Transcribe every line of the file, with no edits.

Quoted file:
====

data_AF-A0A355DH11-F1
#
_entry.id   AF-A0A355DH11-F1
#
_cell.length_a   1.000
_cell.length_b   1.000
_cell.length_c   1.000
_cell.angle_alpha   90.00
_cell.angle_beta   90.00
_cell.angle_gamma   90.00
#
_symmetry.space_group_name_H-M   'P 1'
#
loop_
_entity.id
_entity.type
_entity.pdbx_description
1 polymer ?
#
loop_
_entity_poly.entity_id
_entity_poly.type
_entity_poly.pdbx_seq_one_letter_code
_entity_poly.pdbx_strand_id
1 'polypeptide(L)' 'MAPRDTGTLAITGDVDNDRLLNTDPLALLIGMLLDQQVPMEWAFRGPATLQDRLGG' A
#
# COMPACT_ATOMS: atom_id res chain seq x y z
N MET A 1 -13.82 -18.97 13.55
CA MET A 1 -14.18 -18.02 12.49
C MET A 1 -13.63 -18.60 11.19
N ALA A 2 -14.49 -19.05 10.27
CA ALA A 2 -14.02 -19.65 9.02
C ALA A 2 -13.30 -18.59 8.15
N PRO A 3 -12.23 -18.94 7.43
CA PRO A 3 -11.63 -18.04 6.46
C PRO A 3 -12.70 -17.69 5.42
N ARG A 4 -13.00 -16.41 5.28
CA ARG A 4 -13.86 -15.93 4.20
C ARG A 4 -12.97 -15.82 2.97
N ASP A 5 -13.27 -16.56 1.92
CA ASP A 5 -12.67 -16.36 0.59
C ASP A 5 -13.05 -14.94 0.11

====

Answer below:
data_AF-A0A355DH11-F1
#
_entry.id   AF-A0A355DH11-F1
#
_cell.length_a   1.000
_cell.length_b   1.000
_cell.length_c   1.000
_cell.angle_alpha   90.00
_cell.angle_beta   90.00
_cell.angle_gamma   90.00
#
_symmetry.space_group_name_H-M   'P 1'
#
loop_
_entity.id
_entity.type
_entity.pdbx_description
1 polymer ?
#
loop_
_entity_poly.entity_id
_entity_poly.type
_entity_poly.pdbx_seq_one_letter_code
_entity_poly.pdbx_strand_id
1 'polypeptide(L)' 'MAPRDTGTLAITGDVDNDRLLNTDPLALLIGMLLDQQVPMEWAFRGPATLQDRLGG' A
#
# COMPACT_ATOMS: atom_id res chain seq x y z
N MET A 1 -13.82 -18.97 13.55
CA MET A 1 -14.18 -18.02 12.49
C MET A 1 -13.63 -18.60 11.19
N ALA A 2 -14.49 -19.05 10.27
CA ALA A 2 -14.02 -19.65 9.02
C ALA A 2 -13.30 -18.59 8.15
N PRO A 3 -12.23 -18.94 7.43
CA PRO A 3 -11.63 -18.04 6.46
C PRO A 3 -12.70 -17.69 5.42
N ARG A 4 -13.00 -16.41 5.28
CA ARG A 4 -13.86 -15.93 4.20
C ARG A 4 -12.97 -15.82 2.97
N ASP A 5 -13.27 -16.56 1.92
CA ASP A 5 -12.67 -16.36 0.59
C ASP A 5 -13.05 -14.94 0.11